FARĪBORZ, son of Key Kāvūs. Ṭabarī (I, p. 605) and Balʿamī (ed. Bahār, I, p. 603) have recorded his name as Borzāfarah, whereas Ebn al-Balḵī (pp. 44-45) has it as Zarāfah. The author of the Mojmal al-tawārīḵ (ed. Bahār, p. 29) refers to him as Borzfarī, which, according to him, Ferdowsī changed to Farīborz in order to fit the meter of the Šāh-nāma. The name Borzāfrah may be related to Barzapharnes, the name of a Parthian general under Pacorus (Debevoise, pp. 110, 112).

According to the Šāh-nāma, upon Kay Ḵosrow’s return to Iran from Tūrān, a conflict developed between Ṭōs, the commander of the army, and Gōdarz (q.v.) over whether Kay Ḵosrow or Farīborz, his uncle, should succeed Kay Kāvūs, his grandfather, as king. Ṭōs maintained that Kay Ḵosrow, as the son of Afrāsīāb’s daughter, was a dangerous choice for the Iranian throne, and together with his family supported Farīborz, while Gōdarz and his family favored Kay Ḵosrow. To settle the dispute, which was about to lead to civil war, Kay Kāvūs proposed that the succession should go to whichever of the two could conquer Dež-e Bahman (q.v.), a fortress near Ardabīl believed to be the abode of demons. Farīborz and Ṭōs failed to take the fortress, but Kay Ḵosrow was able to capture it (Šāh-nāma, ed. Khaleghi, II, pp. 456-67; Mojmal, ed. Bahār, p. 47).

After Ṭōs disregarded Kay Ḵosrow’s order to avoid Dež-e Kalāt (see FORŪD) and the army of Iran under his command was defeated during the first campaign against Tūrān, Kay Ḵosrow replaced Ṭōs with Farīborz (Šāh-nāma, ed. Khaleghi, III, pp. 77-102; Ṭabarī, pp. 605-08; Balʿamī, ed. Bahār,I, pp. 603-6). Despite making no progress against Tūrān, Farīborz remained with Kay Ḵosrow’s armies. Farīborz’s most important adventure was his killing of Golbād, the Turanian hero, in a single battle (Šāh-nāma, ed. Khaleghi, IV, p. 118). Ṭabarī (I, p. 613) and Balʿamī (ed. Bahār, I, p. 613) also refer to this event, adding that Kay Ḵosrow rewarded Farīborz with many gifts and appointed him governor of Kermān and Makrān. According to a spurious account in the Šāh-nāma (Moscow, IV, pp. 315-18), upon Rostam’s encouragement, Farīborz married Kay Ḵosrow’s mother Farangīs (q.v.).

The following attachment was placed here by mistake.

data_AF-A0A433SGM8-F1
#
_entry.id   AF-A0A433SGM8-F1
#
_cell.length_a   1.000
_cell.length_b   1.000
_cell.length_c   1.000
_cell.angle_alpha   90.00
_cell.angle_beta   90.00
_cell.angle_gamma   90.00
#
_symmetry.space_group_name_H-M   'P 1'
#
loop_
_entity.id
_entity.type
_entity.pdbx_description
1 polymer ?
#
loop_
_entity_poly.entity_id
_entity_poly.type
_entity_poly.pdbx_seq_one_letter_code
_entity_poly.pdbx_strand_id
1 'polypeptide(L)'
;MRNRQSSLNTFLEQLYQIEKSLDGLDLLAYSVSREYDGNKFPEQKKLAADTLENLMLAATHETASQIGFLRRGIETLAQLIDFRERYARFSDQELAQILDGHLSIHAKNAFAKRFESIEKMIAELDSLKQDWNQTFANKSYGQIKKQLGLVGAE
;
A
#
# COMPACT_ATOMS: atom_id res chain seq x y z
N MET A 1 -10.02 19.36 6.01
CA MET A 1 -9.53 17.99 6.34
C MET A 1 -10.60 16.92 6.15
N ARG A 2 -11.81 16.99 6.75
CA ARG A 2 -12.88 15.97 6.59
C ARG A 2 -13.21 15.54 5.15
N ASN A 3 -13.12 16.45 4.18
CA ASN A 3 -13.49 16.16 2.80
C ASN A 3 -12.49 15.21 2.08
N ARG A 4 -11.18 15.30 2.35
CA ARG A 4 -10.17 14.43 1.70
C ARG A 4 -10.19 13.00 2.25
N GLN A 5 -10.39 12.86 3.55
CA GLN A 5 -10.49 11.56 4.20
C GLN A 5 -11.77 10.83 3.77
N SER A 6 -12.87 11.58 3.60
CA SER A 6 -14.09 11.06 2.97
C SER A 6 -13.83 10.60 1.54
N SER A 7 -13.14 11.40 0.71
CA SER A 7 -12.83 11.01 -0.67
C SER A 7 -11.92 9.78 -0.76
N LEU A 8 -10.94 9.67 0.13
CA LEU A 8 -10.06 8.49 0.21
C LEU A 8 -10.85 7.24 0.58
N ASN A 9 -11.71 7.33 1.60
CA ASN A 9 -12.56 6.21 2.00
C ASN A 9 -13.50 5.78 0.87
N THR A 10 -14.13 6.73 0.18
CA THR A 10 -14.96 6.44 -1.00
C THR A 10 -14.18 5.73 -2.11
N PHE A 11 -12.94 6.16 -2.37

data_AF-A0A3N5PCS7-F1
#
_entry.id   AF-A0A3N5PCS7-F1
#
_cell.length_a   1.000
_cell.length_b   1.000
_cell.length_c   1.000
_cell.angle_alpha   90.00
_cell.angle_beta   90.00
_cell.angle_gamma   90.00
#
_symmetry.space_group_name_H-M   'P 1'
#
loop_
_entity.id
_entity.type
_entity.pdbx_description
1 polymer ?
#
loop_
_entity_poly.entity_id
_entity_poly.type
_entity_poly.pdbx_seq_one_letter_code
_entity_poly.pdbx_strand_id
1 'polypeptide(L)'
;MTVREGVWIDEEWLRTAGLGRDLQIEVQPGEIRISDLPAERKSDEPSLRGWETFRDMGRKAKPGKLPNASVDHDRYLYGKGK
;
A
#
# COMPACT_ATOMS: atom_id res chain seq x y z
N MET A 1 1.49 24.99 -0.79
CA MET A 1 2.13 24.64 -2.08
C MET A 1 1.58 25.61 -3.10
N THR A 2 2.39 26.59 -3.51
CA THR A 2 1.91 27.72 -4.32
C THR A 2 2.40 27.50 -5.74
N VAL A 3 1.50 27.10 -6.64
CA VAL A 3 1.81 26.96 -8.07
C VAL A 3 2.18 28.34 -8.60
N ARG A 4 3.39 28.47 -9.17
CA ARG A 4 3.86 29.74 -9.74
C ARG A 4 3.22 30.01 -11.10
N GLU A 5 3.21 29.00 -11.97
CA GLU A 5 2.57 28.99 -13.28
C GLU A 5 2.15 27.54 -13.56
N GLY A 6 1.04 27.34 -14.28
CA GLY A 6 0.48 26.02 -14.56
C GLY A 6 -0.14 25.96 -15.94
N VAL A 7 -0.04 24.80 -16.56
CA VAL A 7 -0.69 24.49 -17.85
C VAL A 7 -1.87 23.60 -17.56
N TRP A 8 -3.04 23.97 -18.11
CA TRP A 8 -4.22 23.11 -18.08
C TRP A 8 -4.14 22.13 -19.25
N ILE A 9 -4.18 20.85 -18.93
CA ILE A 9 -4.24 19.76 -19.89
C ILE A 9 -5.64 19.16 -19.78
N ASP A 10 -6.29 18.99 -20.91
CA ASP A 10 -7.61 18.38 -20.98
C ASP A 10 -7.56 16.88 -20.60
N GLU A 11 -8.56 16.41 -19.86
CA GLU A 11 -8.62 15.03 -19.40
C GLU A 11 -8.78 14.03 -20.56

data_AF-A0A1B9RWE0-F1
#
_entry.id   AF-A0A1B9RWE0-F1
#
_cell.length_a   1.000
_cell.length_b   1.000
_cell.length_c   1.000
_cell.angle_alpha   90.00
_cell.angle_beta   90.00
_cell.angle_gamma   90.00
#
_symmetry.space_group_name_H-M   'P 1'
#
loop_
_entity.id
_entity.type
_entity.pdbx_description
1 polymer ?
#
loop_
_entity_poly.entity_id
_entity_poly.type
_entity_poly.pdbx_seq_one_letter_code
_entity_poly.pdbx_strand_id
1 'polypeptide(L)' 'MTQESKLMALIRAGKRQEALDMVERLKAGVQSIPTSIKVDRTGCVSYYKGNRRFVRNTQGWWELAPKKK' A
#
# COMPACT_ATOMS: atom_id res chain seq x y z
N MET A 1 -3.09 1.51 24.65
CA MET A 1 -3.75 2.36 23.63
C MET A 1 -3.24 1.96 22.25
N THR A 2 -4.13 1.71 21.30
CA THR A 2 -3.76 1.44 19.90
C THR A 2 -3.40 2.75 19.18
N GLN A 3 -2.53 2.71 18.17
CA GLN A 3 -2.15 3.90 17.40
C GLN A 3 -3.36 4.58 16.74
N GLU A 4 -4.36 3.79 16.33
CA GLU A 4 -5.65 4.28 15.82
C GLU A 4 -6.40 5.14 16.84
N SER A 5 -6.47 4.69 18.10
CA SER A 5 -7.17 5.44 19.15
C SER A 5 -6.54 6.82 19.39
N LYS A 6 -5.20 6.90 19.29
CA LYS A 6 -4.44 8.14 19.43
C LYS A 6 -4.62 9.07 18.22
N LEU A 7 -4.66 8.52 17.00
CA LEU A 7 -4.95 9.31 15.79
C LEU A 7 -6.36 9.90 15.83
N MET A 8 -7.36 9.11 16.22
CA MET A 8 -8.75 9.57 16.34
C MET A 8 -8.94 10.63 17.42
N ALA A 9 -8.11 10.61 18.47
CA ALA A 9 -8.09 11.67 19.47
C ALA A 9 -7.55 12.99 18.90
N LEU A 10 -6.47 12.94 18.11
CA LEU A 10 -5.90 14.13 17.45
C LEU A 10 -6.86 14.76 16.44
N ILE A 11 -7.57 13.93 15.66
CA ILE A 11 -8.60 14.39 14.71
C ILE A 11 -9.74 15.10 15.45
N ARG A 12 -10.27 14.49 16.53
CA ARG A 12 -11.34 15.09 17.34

Farīborz is one of the heroes who accompanied Kay Ḵosrow into the desert as far as a spring (locally believed to be Čašma-ye Mešī in Kohgīlūya; Enjavī, II, pp. 292-93), where Kay Ḵosrow met the angel Soroš and disappeared; the heroes all perished in a snow storm on their return journey (Šāh-nāma, ed. Khaleghi, IV, pp. 365-70). A mountain pass called Molla-ye Bīžan in the Kohgīlūya district is believed by the local population to be the place where the heroes died (Fārs-nāma, ed. Rastgār, p. 1472; Enjavī, II, p. 274).


Bibliography (for cited works not given in detail, see “Short References”):

N. C. Debevoise, A Political History of Parthia, New York, 1968.

A. Enjavī, Mardom wa qahramānān-e Šāh-nāma, n.p., n.d.; repr. as Ferdowsī-nāma: Mardom wa Šāh-nāma, 3 vols., Tehran, 1369 Š./1980, II, pp. 276-78, 283-85.

Justi, Namenbuch, pp. 65, 73, 99.

(Djalal Khaleghi-Motlagh)

Originally Published: December 15, 1999

Last Updated: December 15, 1999